How many liberal myths can a mainstream news announcer cram into one innocent, 90-second, top-of-the-hour news briefing? On WABC’s New York affiliate one recent December evening, I counted eight.
First the news reader (as they more appropriately call them in Japan) cheerfully announced that seasonal hiring—inventory control agents, sales clerks, deliverymen—was way up this year compared to last year; that increased holiday spending was a sign the economy was improving; and that goods being purchased in the U.S. are unfortunately being made more often overseas.
There’s three myths right there: (1) elevated part-time hiring reflects economic health; (2) consumer spending drives growth; and (3) trade imbalances are harmful.
(1) That retailers are hiring more temporary help isn’t a sign the economy is thriving; it’s a sign there are more underemployed workers taking part-time work below their skill level. If permanent, full-time employment were stable, we wouldn’t see such a leap in short-term hiring during peak economic season. Increased part-time hiring also reflects employers’ reluctance to take on “full-time,” 30-hour-a-week employees whom they must soon provide health insurance per Obamacare. read more »
This ain't our daddy's union
An Italian immigrant, Salvatore worked 12 hours a days in waist-deep rancid water, the air fetid and filthy. Any day could be his last: Cave-ins and poisonous gas explosions commonly crushed the shafts carved into the West Virginia hillside. The pay was scarcely enough to feed his family. The squalid company-owned housing was worse. When he contracted a bacterial infection that eventually killed him, his older sons, ages 12 and 8, headed into the mines each day to support their mother and five siblings.
To the mining company, my grandfather Salvatore Quattrocchi was expendable. For his kids and millions of others in the mid-20th Century, however, their fight for fair wages and safe workplaces provided a pathway to the American dream. Unions helped make it happen. read more »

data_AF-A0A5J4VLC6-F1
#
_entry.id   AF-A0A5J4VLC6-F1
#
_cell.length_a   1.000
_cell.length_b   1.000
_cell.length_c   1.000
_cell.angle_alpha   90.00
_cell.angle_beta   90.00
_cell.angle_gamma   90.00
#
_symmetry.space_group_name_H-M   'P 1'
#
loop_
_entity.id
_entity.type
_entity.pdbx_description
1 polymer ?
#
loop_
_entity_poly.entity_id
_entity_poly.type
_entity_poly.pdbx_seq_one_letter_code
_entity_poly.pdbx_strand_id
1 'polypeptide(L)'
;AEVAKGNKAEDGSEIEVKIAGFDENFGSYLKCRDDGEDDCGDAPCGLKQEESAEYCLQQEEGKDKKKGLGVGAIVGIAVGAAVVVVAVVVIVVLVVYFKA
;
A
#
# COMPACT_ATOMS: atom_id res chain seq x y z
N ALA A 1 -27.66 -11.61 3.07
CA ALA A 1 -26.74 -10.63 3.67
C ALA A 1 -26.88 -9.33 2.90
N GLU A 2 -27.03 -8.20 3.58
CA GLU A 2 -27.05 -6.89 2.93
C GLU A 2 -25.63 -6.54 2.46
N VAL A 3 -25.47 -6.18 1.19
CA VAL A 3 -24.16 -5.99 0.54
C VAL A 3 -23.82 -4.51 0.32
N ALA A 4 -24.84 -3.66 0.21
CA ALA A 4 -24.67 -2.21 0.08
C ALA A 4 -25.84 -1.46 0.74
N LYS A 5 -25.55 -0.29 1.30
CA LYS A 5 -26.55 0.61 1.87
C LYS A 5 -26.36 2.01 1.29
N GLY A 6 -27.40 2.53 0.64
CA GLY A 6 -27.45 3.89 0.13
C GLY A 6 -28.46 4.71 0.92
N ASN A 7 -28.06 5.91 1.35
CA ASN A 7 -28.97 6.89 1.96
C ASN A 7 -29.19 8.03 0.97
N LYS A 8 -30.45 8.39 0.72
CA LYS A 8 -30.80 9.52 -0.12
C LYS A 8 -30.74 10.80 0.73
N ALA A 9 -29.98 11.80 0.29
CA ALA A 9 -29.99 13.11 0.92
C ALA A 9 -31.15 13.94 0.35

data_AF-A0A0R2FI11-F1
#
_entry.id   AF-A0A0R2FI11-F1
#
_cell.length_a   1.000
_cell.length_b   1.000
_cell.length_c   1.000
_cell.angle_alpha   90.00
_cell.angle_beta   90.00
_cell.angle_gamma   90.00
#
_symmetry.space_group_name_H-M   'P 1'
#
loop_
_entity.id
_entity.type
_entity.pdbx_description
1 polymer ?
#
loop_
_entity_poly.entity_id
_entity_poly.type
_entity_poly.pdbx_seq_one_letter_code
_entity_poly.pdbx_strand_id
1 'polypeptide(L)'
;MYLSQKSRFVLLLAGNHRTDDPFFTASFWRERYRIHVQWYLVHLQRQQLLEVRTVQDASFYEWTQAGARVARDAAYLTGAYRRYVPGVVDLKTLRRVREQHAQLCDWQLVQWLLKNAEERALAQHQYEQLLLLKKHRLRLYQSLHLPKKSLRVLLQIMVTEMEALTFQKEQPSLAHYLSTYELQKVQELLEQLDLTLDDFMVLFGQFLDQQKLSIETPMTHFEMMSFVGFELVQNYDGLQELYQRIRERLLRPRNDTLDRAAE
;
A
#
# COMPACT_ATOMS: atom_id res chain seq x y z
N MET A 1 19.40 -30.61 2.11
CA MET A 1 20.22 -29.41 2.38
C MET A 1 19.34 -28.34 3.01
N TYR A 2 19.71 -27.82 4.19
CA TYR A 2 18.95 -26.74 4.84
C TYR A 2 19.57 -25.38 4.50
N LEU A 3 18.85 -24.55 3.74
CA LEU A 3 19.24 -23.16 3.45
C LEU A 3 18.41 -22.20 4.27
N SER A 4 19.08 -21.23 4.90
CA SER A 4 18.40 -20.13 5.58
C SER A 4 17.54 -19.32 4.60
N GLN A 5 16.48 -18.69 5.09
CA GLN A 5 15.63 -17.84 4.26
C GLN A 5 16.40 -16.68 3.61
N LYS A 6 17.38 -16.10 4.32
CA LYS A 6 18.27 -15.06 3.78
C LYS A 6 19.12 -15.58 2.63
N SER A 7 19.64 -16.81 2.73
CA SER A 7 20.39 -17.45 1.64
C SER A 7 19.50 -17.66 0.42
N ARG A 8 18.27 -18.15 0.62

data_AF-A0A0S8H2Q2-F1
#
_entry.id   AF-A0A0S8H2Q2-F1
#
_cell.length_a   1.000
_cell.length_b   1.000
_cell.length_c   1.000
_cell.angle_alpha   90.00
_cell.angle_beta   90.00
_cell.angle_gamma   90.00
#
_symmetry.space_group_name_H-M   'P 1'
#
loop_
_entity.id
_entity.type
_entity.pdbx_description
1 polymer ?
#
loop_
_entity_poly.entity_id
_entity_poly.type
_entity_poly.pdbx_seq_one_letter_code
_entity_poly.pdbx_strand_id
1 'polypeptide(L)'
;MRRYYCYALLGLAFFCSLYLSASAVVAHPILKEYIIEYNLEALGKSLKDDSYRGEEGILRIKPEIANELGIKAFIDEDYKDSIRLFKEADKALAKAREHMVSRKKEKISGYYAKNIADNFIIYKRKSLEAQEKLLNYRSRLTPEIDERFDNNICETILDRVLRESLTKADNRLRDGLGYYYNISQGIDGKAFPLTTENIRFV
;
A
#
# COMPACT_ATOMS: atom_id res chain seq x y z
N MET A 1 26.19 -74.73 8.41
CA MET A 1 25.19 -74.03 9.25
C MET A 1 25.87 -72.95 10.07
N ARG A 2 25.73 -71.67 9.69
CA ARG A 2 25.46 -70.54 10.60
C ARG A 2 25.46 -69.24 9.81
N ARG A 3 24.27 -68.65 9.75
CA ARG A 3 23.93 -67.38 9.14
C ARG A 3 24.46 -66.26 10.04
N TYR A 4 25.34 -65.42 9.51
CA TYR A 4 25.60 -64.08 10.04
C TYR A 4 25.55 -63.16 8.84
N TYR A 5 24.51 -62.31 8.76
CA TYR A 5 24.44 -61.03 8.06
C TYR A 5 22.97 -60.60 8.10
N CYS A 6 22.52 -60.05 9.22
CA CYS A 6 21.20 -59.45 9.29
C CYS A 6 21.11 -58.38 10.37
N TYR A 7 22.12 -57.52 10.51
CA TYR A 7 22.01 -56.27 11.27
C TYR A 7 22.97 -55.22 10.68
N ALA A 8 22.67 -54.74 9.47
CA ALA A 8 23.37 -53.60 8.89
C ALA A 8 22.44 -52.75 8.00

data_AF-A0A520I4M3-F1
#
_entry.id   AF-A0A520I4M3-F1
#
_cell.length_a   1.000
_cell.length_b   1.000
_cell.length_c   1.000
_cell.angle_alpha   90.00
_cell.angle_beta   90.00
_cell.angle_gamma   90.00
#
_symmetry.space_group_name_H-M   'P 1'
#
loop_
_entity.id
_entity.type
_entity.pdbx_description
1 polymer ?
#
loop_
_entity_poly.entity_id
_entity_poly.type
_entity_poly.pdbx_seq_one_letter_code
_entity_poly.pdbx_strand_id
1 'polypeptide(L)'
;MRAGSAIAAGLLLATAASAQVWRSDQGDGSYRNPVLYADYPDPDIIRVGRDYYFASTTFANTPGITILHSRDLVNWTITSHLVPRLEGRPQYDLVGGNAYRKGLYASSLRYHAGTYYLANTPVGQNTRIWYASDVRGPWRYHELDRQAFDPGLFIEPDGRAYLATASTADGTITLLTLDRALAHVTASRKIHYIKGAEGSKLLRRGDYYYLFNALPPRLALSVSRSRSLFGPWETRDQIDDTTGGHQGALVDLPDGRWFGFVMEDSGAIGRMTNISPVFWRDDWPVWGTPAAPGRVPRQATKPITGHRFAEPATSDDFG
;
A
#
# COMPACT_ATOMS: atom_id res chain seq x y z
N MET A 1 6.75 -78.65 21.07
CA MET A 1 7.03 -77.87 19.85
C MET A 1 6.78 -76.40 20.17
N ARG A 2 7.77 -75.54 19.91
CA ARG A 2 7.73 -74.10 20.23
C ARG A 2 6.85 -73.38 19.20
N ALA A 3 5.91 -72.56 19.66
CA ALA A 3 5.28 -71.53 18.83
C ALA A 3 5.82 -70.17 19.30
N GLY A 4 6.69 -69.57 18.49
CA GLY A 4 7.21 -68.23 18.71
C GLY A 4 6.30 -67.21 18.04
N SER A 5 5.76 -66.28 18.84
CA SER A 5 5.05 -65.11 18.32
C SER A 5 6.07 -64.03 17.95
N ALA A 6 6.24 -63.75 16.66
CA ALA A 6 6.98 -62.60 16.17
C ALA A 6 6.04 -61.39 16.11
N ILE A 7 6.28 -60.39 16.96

With all of the talk about the impending “fiscal cliff”, it’s a good time to step back from the trees and take a good look at the forest and how we got here to begin with.
For the last sixty years or so, Congress has been on an ever growing spending binge, guided by a political philosophy that government should play an ever growing role in our everyday lives – a role which requires more of our substance. In fact, it increasingly requires more than we can spare in any given year and maintain a healthy economy. So we borrow the rest, year after year.
This year’s federal deficit is 1.2 trillion, last year’s was 1.2 trillion and next year’s is projected to be over one trillion as well. Our national debt, the sum total of our annual deficits, is well over 16 trillion. And all of that is on top of the tens of trillions of dollars in “off-the-books” future obligations to entitlement programs.
When you are in a hole, stop digging, or so the advice goes. But what do you do when voters keep electing politicians who won’t put down the shovel, but hold to the insane notion that we can somehow dig our way out? read more »
Is she the voice of her generation? If so, we've all got a problem
Lena Dunham has been anointed as the “voice of a generation.” Despite the fact that she’s largely unknown, the media is gushing over the 26-year-old creator and star of the HBO series Girls and electoral virgin of Barack Obama’s “Your First Time” ad.
Glamour, which named Dunham as a recipient of the magazine’s “2012 Women of the Year” award, calls her one of the most “powerful women in Hollywood.” After an intense publishing bidding war, Random House is paying her a $3.7 million advance to share her wisdom on life. No joke. read more »
Democrats haven’t passed a budget in years, yet somehow it’s Republicans’ fault that the country is about to go over a fiscal cliff.
Harry Reid’s Democratic-controlled Senate has, for three consecutive years, refused to pass a federal budget or even bring a proposal to the floor as required by law. In 2011 Reid announced that passing a budget would be “foolish” because of ongoing negotiations over other fiscal matters. Senator Chuck Schumer declared that proposing budgets was “not the point” of the Senate. read more »